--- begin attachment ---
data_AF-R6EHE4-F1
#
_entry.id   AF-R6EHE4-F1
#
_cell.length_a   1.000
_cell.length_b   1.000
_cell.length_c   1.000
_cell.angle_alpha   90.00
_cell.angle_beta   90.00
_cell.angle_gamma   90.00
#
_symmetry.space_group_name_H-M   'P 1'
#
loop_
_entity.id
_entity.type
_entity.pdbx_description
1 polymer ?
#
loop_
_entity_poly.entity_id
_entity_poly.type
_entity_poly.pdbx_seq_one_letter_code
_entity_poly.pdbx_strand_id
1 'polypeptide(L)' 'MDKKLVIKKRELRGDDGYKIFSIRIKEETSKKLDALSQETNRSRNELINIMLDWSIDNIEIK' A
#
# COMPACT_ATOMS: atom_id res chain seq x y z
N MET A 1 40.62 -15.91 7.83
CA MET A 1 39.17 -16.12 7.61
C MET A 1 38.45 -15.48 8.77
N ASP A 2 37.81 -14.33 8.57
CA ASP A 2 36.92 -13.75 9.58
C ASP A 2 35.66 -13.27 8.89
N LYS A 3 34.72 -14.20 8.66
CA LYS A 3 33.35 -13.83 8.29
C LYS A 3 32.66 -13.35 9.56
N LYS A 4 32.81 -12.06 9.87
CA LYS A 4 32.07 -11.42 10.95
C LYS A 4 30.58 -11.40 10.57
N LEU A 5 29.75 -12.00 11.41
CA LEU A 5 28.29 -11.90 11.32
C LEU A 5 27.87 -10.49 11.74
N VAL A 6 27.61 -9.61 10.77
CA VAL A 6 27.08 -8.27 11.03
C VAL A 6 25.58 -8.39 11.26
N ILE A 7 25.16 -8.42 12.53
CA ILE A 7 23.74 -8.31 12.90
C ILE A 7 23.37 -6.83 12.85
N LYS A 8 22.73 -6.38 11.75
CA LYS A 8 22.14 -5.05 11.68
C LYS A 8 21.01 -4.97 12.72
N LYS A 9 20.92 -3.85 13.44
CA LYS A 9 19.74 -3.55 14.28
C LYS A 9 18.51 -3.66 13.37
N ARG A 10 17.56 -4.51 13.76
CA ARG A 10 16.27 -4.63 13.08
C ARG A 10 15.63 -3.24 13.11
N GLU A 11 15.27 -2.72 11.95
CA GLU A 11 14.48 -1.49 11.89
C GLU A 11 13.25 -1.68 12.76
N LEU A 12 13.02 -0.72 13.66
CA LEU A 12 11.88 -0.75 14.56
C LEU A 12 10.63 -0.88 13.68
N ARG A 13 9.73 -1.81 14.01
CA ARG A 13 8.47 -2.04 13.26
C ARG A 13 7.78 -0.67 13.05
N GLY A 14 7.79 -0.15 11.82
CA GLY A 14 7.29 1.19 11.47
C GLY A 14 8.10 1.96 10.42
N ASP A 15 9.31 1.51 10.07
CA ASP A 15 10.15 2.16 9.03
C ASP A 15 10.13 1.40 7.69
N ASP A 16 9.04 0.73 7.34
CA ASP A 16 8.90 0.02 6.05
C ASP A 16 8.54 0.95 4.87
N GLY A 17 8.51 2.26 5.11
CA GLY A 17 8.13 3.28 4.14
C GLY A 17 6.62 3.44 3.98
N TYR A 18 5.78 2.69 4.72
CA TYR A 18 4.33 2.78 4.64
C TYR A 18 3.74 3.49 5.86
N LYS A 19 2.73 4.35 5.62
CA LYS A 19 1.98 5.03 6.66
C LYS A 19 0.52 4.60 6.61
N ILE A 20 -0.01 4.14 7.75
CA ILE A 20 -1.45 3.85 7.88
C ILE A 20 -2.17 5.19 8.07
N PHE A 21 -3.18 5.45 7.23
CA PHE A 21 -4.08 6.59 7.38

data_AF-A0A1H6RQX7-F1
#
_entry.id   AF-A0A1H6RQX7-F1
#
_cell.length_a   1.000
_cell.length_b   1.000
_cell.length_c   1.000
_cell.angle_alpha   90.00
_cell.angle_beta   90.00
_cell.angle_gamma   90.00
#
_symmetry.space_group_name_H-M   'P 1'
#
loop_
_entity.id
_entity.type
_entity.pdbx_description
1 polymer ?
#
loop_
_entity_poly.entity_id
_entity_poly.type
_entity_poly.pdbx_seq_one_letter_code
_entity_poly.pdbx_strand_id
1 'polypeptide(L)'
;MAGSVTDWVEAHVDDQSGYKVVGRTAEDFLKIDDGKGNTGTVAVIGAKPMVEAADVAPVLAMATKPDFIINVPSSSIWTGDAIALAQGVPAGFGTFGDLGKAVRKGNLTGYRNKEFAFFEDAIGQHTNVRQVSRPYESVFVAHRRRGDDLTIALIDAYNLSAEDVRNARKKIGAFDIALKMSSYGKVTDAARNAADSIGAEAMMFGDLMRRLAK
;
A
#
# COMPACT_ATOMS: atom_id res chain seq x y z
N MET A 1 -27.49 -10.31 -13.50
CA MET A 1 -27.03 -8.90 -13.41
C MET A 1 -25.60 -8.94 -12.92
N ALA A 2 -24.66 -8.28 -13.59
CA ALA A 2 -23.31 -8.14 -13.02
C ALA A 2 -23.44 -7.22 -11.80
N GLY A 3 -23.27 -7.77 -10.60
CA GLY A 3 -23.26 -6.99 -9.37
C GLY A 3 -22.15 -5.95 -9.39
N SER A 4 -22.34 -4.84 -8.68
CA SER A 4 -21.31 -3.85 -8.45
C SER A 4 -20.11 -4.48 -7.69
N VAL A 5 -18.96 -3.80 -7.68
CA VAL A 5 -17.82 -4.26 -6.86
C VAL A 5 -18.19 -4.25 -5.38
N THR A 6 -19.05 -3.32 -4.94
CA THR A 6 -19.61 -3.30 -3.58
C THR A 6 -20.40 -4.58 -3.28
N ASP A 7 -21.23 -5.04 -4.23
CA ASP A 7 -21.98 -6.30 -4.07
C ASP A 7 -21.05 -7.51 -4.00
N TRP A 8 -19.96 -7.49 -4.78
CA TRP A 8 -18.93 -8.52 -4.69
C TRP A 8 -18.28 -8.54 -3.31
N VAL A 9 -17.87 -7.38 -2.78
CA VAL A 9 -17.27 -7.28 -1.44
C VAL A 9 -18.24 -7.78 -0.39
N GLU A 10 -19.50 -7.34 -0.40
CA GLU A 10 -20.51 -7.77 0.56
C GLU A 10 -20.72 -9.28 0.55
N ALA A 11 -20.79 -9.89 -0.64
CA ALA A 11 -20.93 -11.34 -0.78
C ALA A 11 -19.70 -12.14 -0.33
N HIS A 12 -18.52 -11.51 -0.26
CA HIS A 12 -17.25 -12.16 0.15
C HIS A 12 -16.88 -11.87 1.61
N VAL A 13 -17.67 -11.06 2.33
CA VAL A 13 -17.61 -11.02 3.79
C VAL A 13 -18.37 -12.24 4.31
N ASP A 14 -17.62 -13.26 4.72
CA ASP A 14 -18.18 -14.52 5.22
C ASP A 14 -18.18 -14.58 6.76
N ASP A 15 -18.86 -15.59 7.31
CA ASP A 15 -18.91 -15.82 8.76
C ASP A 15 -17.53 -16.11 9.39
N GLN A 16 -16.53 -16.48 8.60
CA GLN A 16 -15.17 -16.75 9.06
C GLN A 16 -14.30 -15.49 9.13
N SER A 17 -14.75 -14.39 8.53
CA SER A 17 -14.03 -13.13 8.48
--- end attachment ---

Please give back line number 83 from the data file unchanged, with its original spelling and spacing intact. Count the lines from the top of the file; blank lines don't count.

CA LYS A 19 1.98 5.03 6.66